President Barack Obama said last May that control of the United States’ weaponized drone program would shift away from theCentral Intelligence Agency and into the hands of the Pentagon, but a new report suggests Congress could keep that from happening.
According to a front-page article on this Thursday’s edition of the Washington Post, members of the US House and Senate appropriations committee have in total secrecy been spearheading efforts to ensure that a classified provision pertaining to America’s drone war is included in the latest government spending bill. Should those lawmakers be successful in their attempt, Pres. Obama’s stated intentions with regards to America’s controversial drone program could effectively be quashed and control over an arsenal of robotic killing machines would stay within the CIA’s jurisdictions.
Greg Miller, an intelligence reporter for the Post, wrote that the provision is buried within a classified annex included in the contents of a $1.1 trillion funding bill unveiled late Monday in Congress that would divvy up spending among federal programs across the board. Now according to Miller’s sources, a secret provision would stall Pres. Obama’s attempts to overhaul America’s use of weaponized drones to fight suspected terrorists overseas.
Miller wrote that Monday’s bill does not touch on any changes to the drone program in its publically available contents, though one section that explains spending for the Pentagon notes: “adjustments to classified programs are addressed in the accompanying classified annex.”
Spokespeople for the White House, the CIA and the Pentagon all declined to comment to the Post, Miller wrote, but sources speaking on condition of anonymity confirmed to the paper that the measure would restrict the use of any federal monies towards transferring control over the drone program to the Department of Defense.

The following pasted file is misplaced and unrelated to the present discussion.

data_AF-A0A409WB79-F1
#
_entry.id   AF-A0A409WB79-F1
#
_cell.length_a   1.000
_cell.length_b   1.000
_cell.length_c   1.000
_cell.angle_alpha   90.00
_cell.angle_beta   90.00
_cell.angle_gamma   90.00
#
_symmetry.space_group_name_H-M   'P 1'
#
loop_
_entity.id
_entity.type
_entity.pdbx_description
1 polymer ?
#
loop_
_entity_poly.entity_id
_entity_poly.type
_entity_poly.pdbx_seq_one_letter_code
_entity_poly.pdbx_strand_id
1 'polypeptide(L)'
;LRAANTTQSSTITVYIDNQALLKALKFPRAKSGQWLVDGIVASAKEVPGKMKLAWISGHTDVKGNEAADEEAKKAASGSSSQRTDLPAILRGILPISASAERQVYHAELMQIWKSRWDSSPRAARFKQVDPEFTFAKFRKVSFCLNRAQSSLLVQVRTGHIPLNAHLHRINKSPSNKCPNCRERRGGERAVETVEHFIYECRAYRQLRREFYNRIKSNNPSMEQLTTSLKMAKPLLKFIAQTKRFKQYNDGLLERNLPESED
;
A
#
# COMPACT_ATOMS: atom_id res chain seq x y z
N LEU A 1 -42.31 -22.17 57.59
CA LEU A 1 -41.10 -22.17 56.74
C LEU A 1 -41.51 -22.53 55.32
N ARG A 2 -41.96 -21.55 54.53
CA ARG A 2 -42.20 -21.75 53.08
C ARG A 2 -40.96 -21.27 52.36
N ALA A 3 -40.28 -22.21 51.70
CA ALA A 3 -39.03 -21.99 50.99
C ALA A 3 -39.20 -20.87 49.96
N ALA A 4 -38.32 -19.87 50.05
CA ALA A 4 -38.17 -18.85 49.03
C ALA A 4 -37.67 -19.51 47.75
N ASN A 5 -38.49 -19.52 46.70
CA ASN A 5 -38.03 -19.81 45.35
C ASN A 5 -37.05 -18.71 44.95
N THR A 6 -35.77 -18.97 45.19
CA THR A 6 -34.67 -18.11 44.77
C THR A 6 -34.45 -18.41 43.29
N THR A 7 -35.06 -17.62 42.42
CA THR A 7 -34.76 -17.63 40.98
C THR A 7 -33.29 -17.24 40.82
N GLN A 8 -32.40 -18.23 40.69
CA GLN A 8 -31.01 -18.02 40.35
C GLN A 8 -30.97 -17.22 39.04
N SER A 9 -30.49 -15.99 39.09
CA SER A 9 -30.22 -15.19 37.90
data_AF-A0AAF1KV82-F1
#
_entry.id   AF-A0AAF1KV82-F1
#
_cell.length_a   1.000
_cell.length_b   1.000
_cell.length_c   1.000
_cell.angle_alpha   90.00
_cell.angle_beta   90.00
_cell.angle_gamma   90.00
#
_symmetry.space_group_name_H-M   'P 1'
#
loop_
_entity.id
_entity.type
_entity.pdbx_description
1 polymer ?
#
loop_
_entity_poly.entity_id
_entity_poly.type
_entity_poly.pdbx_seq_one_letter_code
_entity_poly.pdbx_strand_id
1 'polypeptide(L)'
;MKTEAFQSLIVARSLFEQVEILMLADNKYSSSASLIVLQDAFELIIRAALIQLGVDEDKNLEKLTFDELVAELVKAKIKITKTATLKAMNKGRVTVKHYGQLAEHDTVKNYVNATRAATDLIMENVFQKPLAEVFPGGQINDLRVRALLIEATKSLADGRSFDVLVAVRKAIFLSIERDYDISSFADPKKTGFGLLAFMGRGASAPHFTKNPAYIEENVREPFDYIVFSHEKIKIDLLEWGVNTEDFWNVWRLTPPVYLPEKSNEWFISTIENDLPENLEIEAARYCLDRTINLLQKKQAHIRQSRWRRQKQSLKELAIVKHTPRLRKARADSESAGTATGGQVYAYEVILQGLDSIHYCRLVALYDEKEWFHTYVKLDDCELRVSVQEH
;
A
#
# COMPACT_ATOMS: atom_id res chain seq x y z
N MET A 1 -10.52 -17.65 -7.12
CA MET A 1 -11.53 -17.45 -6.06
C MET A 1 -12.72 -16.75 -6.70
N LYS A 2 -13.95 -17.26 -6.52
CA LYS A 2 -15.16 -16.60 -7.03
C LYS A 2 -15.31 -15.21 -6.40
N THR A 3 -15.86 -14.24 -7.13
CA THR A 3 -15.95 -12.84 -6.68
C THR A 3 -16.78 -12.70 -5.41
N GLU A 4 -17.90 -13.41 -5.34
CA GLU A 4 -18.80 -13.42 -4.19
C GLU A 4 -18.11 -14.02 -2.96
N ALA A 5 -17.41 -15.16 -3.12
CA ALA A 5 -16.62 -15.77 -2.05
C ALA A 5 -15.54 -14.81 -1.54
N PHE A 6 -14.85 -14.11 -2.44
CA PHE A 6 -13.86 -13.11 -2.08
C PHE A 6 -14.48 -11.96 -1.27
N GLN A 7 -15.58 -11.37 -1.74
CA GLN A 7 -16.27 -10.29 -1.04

During his address at the Defense University in DC last May, the president said he wanted his drone program to be more transparent. That same week he signed a classified presidential policy guidance, and one senior administration official who spoke at the time with Gannet’s Defense News said, “there’s an indication of a preference for the Department of Defense to engage in the use of force outside of war zones.”
As recently as this week, though, a drone strikes reportedly waged in Yemen by the Pentagon, not the CIA, killed an innocent farmer. Last month, a similar strike conducted by the Department of Defense took the lives at least six civilians.
Those latest incidents have only increased doubts among lawmakers that the DoD is as capable of the CIA when it comes to conducting drone strikes without causing multiple civilian casualties. But even if the CIA ultimately maintains control of those operations, not all agree with some lawmakers’ attempt to do so under the table.
Hours after the Post published their report, Sen. John McCain (R-Arizona) erupted on the floor of the Senate over allegations that his colleagues are covertly trying to keep the president’s plans with regards to the drone program from coming into fruition.
“The Appropriations Committee has no business making these decisions,” the senator insisted.
“The job of the Armed Services Committee and the job of the Intelligence Committee is to authorize these things. There was no hearing on the Intelligence Committee. There was no hearing on the Armed Services Committee,” he said.
“The appropriations have gotten into the business of the authorizing committees,” McCain added. “That is a violation of every procedure and process that this Senate is supposed to be pursuing.”